Several amendments to the Marriage (Same Sex Couples) Bill seeking to allow civil registrars to opt out of providing same-sex marriages have been withdrawn.

Amendments 16, 17, 18 and 19 concerned “freedom of expression” – but supporters warned they threatened to undermine existing anti-discrimination measures for same-sex couples.

Equal marriage opponent Baroness O’Loan, Northern Ireland’s former Police Ombudsman, had argued that the Equality Act needed to be amended to protect freedom of speech.

In the Upper Chamber she argued against equal marriage, citing procreation, consummation and children as the tenets of “traditional marriage”.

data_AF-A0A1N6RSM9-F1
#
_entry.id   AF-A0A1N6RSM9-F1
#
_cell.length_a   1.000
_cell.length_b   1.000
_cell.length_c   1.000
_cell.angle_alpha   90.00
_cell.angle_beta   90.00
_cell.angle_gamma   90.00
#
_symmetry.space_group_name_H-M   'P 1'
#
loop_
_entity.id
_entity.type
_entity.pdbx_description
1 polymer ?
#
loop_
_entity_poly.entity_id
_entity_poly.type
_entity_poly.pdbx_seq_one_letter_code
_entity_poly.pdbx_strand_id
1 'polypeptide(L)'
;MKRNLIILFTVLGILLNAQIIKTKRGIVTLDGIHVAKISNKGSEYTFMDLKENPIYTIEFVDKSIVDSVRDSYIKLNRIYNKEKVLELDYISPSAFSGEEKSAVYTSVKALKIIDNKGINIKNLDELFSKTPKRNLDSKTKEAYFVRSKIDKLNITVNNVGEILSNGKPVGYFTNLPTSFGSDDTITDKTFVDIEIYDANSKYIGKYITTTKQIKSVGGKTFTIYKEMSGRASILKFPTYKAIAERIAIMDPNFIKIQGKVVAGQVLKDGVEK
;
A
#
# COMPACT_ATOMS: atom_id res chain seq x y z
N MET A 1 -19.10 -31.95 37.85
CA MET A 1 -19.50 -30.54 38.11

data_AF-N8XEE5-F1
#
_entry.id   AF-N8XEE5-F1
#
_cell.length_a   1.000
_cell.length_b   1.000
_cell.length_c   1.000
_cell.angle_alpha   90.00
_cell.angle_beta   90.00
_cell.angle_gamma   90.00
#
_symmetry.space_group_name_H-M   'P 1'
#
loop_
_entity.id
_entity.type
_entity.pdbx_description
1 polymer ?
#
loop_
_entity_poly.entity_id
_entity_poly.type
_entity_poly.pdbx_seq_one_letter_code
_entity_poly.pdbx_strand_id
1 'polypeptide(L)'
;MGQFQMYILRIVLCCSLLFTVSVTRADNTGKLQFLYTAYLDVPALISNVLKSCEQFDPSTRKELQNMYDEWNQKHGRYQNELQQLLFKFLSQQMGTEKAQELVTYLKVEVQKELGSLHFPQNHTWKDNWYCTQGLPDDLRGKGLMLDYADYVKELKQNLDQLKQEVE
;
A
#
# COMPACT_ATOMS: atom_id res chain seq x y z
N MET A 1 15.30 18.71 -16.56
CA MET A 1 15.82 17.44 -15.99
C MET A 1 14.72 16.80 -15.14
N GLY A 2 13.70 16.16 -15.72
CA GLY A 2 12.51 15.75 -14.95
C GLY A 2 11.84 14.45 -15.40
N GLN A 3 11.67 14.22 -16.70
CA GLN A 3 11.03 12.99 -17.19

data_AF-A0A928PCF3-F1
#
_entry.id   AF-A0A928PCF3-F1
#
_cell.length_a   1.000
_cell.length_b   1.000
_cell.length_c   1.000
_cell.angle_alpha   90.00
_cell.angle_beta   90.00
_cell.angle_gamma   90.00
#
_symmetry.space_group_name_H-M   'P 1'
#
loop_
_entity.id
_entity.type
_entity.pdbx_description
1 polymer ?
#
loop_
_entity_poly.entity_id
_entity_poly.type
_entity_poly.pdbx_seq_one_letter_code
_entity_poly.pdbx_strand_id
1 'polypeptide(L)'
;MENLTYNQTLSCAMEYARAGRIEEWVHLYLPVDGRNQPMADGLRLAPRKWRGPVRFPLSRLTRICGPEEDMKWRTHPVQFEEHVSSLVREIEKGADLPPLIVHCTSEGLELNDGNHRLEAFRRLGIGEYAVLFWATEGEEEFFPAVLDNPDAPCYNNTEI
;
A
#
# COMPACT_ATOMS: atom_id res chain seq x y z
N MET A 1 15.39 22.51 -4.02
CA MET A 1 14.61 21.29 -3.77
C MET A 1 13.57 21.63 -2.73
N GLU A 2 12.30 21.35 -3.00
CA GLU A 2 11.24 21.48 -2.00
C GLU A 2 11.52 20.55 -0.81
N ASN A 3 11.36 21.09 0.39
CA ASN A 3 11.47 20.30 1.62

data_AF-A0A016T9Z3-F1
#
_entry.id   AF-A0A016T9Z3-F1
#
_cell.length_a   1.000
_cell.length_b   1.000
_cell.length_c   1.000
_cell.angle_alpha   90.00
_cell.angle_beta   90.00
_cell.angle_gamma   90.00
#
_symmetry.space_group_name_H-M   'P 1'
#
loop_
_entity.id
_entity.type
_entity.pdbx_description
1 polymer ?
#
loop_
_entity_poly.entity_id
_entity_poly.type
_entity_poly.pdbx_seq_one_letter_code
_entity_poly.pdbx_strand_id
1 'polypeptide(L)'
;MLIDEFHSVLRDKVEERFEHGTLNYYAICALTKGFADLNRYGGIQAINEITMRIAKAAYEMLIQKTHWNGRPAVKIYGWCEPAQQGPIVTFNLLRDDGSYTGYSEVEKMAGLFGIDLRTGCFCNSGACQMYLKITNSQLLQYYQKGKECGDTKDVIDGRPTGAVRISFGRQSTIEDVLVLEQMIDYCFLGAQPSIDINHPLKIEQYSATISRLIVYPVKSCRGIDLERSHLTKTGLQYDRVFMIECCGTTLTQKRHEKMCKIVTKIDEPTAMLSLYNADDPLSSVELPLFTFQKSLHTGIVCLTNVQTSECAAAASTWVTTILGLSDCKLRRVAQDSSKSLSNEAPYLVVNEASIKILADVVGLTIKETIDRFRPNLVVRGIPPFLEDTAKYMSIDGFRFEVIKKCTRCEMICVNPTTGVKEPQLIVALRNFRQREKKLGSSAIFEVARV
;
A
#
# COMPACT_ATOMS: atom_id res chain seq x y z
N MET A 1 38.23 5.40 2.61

In response, Labour peer Baroness Royall said the bill needed no amendment for “protection against compulsion”.

She added: “The Equality Act is a very carefully crafted piece of legislation.”

Conservative peer Baroness Berridge said that not allowing an opt-out could force churches to divert funds from food banks to fighting in court.

Baroness O’Loan agreed to withdraw her proposed Amendment 13 on Wednesday evening.

Peers have now moved on to debate plans for humanist weddings as part of the bill.

An amendment for humanist weddings was withdrawn in the Commons last month.

Attorney General Dominic Grieve warned that it would fall foul of the European Convention on Human Rights (ECHR) as any “belief organisation” would be able to claim they were being discriminated against if they weren’t able to perform marriages.